Scheme Programming Language









substitution and variables
(lambda (x) (x y)) #(struct:procexp (x) #(struct:appexp #(struct:varexp x) #(struct:varexp y))) (x y) is an expression composed of two expressions x and y. x is an expression composed of the variable x. The parameter x is only a variable, it is not an expression. They say the lambda expression has a free variable y. Suppose we want to substitute the expression (x z) for the variable y. (lambda (x) (x y)) / [y > (x z)] = (lambda (x0) (x y) / [x > x0, y > (x z)]) They say we are substituting an expression for a variable, but to me it looks like we are substituting an expression for an expression.
On May 19, 3:44 am, "Marlene Miller" <marlenemil@worldnet.att.net> wrote:
> (lambda (x) (x y)) > #(struct:procexp (x) #(struct:appexp #(struct:varexp x) #(struct:varexp > y))) > (x y) is an expression composed of two expressions x and y. x is an > expression composed of the variable x. The parameter x is only a variable, > it is not an expression. > They say the lambda expression has a free variable y. Suppose we want to > substitute the expression (x z) for the variable y. > (lambda (x) (x y)) / [y > (x z)] = (lambda (x0) (x y) / [x > x0, y > (x > z)]) > They say we are substituting an expression for a variable, but to me it > looks like we are substituting an expression for an expression.
y in (x y) is both a variable and an expression; exactly like how you represented it: #(struct:varexp y). See, "varexp" :) Aziz,,,
"Abdulaziz Ghuloum" wrote: "Marlene Miller" wrote: > > (lambda (x) (x y)) > > #(struct:procexp (x) #(struct:appexp #(struct:varexp x) #(struct:varexp > > y))) > > (x y) is an expression composed of two expressions x and y. x is an > > expression composed of the variable x. The parameter x is only a variable, > > it is not an expression. > > They say the lambda expression has a free variable y. Suppose we want to > > substitute the expression (x z) for the variable y. > > (lambda (x) (x y)) / [y > (x z)] = (lambda (x0) (x y) / [x > x0, y > (x > > z)]) > > They say we are substituting an expression for a variable, but to me it > > looks like we are substituting an expression for an expression. > y in (x y) is both a variable and an expression; exactly like how you > represented it: #(struct:varexp y). See, "varexp" :) > Aziz,,,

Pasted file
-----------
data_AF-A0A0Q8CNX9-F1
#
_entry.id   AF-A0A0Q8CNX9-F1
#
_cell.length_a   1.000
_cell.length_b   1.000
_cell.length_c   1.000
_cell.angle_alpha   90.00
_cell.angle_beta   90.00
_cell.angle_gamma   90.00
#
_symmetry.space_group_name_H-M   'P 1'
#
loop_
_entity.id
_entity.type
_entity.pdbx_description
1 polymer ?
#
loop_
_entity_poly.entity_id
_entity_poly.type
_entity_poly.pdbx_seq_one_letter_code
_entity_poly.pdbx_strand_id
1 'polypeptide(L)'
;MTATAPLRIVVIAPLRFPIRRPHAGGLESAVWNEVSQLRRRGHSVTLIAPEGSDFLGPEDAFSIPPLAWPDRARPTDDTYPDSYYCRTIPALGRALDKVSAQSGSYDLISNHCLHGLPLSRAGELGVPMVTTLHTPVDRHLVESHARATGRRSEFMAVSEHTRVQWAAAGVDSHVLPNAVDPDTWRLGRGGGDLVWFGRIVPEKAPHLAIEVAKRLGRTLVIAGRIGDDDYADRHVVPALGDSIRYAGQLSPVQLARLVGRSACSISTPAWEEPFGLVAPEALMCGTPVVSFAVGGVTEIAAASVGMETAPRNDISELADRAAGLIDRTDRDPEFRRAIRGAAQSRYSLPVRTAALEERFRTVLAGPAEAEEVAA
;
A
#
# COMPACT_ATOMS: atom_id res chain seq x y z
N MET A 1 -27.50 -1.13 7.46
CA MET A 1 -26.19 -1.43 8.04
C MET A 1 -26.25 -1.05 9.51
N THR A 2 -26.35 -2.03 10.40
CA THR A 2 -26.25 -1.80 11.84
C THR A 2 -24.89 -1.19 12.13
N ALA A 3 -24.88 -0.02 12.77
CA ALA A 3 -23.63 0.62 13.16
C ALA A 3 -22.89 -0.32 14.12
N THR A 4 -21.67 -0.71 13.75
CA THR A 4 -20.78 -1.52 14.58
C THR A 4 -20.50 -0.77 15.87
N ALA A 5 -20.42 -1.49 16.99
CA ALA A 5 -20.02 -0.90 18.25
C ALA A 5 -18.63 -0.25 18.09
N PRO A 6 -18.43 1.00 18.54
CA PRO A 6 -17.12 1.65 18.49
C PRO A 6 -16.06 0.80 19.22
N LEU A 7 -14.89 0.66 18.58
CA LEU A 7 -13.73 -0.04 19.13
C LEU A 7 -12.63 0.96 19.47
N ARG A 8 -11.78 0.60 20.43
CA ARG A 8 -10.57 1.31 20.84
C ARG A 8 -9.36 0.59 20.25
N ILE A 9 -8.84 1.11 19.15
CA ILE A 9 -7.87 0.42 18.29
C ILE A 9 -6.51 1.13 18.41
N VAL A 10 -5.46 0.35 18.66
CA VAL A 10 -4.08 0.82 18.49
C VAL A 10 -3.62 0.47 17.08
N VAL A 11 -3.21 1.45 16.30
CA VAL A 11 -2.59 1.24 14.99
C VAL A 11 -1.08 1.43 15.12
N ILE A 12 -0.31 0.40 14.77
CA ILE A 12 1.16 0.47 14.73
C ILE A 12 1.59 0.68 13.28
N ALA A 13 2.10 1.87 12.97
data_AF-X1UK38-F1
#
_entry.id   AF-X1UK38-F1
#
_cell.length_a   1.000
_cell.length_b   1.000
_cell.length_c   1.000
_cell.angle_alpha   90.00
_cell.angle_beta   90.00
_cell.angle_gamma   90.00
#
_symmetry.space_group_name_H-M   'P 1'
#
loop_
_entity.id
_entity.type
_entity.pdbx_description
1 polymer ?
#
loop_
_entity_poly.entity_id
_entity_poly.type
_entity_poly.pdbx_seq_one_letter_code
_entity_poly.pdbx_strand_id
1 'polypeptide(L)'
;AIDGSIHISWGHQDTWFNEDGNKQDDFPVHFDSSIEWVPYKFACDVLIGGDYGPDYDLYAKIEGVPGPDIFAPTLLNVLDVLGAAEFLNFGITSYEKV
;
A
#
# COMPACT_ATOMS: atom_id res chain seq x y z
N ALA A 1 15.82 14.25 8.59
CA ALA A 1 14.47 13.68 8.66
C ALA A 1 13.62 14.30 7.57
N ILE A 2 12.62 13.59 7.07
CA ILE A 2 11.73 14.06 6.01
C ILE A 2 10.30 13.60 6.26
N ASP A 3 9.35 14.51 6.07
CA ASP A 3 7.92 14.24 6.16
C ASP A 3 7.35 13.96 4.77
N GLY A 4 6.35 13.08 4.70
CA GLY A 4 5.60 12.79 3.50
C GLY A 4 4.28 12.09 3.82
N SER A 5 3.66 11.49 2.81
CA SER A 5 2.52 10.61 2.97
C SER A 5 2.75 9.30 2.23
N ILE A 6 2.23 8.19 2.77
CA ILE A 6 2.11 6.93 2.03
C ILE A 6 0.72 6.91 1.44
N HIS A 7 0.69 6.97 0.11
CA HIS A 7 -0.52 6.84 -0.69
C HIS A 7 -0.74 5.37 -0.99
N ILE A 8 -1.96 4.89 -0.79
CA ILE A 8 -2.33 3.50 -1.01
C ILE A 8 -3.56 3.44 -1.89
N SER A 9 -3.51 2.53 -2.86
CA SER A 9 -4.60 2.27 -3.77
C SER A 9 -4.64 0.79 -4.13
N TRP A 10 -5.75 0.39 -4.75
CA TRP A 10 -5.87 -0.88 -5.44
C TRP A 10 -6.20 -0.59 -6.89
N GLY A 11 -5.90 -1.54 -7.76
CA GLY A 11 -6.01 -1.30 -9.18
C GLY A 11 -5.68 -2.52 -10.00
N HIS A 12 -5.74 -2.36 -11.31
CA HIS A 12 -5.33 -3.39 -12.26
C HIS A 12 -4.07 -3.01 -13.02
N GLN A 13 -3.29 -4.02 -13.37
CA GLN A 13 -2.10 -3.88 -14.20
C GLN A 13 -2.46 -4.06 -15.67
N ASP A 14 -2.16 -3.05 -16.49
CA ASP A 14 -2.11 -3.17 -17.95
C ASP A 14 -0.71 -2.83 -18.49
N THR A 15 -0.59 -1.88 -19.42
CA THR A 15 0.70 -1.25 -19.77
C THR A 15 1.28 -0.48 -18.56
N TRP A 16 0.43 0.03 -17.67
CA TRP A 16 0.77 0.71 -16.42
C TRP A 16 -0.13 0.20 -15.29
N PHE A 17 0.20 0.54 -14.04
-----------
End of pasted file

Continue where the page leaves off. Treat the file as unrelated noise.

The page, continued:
#(struct:varexp y) There is a constructor function from variables to expressions. varexp is a constructor. y is a Scheme symbol. (lambda (x) (x y)) In this linear representation of the abstract syntax, whether the symbol y is a variable or the image of a variable depends on the context.           lambdaexp +   y appexp ++   varexp varexp   x y We are substituting the expression appexp +   varexp varexp   x z for the expression varexp  y           In this substitution equation, the symbol to the left of > is a variable, the symbol to the right is an expression. x and y (to the left) are variables and x0 (to the right) is an expression. (lambda (x) (x y)) / [y > (x z)] = (lambda (x0) (x y) / [x > x0, y > (x z)]) The subsitution map is from variables to expressions, but we are substituting an expression for an expression.           Why does Aziz,,, end with 3 commas?
If only I knew the answer, I would know how to ask the question. (lambda (x) (x y)) (lambda (x) (x y)) / [y > (x z)] = (lambda (x0) (x y) / [x > x0, y >(x z)]) y [y > (x z)] = (x z) The second x0 of the first equation and the first y of the second equation confuse me, because they look like variables but they are expressions. The constructor associated with the production <expression> := <variable> maps variables to expressions. I would say, variables are not expressions. Is substitution textual manipulation following some rules? You ignore the hierchary of the abstract phrase?